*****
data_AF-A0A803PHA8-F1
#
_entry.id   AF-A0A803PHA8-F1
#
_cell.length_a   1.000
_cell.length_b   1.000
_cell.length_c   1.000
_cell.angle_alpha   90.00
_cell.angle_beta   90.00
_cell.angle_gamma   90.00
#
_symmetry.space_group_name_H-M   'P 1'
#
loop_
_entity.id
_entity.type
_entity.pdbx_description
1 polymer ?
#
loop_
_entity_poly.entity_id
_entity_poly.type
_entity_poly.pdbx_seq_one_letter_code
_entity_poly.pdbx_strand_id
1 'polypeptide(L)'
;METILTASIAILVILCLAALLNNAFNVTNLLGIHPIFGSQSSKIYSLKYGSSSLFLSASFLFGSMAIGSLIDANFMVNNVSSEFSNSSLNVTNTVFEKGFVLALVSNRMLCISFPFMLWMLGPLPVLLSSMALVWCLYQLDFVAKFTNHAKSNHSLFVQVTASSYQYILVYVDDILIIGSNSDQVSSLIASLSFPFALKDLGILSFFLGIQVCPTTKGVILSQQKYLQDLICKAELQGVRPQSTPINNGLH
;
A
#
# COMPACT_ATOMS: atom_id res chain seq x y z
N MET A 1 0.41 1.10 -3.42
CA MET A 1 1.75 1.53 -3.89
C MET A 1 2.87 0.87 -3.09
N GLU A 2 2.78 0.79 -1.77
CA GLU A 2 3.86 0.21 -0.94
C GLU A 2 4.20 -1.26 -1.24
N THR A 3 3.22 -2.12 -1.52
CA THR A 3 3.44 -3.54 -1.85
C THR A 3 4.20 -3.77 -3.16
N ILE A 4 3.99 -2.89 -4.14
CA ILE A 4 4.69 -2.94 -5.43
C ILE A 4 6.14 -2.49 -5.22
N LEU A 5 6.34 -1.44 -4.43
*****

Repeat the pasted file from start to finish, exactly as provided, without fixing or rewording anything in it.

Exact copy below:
data_AF-A0A803PHA8-F1
#
_entry.id   AF-A0A803PHA8-F1
#
_cell.length_a   1.000
_cell.length_b   1.000
_cell.length_c   1.000
_cell.angle_alpha   90.00
_cell.angle_beta   90.00
_cell.angle_gamma   90.00
#
_symmetry.space_group_name_H-M   'P 1'
#
loop_
_entity.id
_entity.type
_entity.pdbx_description
1 polymer ?
#
loop_
_entity_poly.entity_id
_entity_poly.type
_entity_poly.pdbx_seq_one_letter_code
_entity_poly.pdbx_strand_id
1 'polypeptide(L)'
;METILTASIAILVILCLAALLNNAFNVTNLLGIHPIFGSQSSKIYSLKYGSSSLFLSASFLFGSMAIGSLIDANFMVNNVSSEFSNSSLNVTNTVFEKGFVLALVSNRMLCISFPFMLWMLGPLPVLLSSMALVWCLYQLDFVAKFTNHAKSNHSLFVQVTASSYQYILVYVDDILIIGSNSDQVSSLIASLSFPFALKDLGILSFFLGIQVCPTTKGVILSQQKYLQDLICKAELQGVRPQSTPINNGLH
;
A
#
# COMPACT_ATOMS: atom_id res chain seq x y z
N MET A 1 0.41 1.10 -3.42
CA MET A 1 1.75 1.53 -3.89
C MET A 1 2.87 0.87 -3.09
N GLU A 2 2.78 0.79 -1.77
CA GLU A 2 3.86 0.21 -0.94
C GLU A 2 4.20 -1.26 -1.24
N THR A 3 3.22 -2.12 -1.52
CA THR A 3 3.44 -3.54 -1.85
C THR A 3 4.20 -3.77 -3.16
N ILE A 4 3.99 -2.89 -4.14
CA ILE A 4 4.69 -2.94 -5.43
C ILE A 4 6.14 -2.49 -5.22
N LEU A 5 6.34 -1.44 -4.43